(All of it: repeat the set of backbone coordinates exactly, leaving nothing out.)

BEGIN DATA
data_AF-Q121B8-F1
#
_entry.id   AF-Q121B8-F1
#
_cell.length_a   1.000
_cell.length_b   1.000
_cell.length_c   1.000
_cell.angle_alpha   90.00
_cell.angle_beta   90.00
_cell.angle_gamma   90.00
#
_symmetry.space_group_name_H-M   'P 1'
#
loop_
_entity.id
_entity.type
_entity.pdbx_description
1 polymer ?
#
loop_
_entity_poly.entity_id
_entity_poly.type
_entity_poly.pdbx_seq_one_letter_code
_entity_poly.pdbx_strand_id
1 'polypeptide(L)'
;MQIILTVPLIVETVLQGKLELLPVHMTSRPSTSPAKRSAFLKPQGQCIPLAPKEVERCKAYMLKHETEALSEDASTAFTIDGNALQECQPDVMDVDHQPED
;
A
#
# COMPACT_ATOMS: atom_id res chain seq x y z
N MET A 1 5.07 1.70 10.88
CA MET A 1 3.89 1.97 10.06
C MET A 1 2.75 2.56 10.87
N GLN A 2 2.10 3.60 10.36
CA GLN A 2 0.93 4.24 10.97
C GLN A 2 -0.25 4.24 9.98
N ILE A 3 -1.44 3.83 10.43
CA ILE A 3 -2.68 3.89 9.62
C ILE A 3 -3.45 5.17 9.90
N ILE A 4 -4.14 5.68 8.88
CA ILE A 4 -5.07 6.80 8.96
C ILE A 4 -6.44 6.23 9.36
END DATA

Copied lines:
data_AF-Q121B8-F1
#
_entry.id   AF-Q121B8-F1
#
_cell.length_a   1.000
_cell.length_b   1.000
_cell.length_c   1.000
_cell.angle_alpha   90.00
_cell.angle_beta   90.00
_cell.angle_gamma   90.00
#
_symmetry.space_group_name_H-M   'P 1'
#
loop_
_entity.id
_entity.type
_entity.pdbx_description
1 polymer ?
#
loop_
_entity_poly.entity_id
_entity_poly.type
_entity_poly.pdbx_seq_one_letter_code
_entity_poly.pdbx_strand_id
1 'polypeptide(L)'
;MQIILTVPLIVETVLQGKLELLPVHMTSRPSTSPAKRSAFLKPQGQCIPLAPKEVERCKAYMLKHETEALSEDASTAFTIDGNALQECQPDVMDVDHQPED
;
A
#
# COMPACT_ATOMS: atom_id res chain seq x y z
N MET A 1 5.07 1.70 10.88
CA MET A 1 3.89 1.97 10.06
C MET A 1 2.75 2.56 10.87
N GLN A 2 2.10 3.60 10.36
CA GLN A 2 0.93 4.24 10.97
C GLN A 2 -0.25 4.24 9.98
N ILE A 3 -1.44 3.83 10.43
CA ILE A 3 -2.68 3.89 9.62
C ILE A 3 -3.45 5.17 9.90
N ILE A 4 -4.14 5.68 8.88
CA ILE A 4 -5.07 6.80 8.96
C ILE A 4 -6.44 6.23 9.36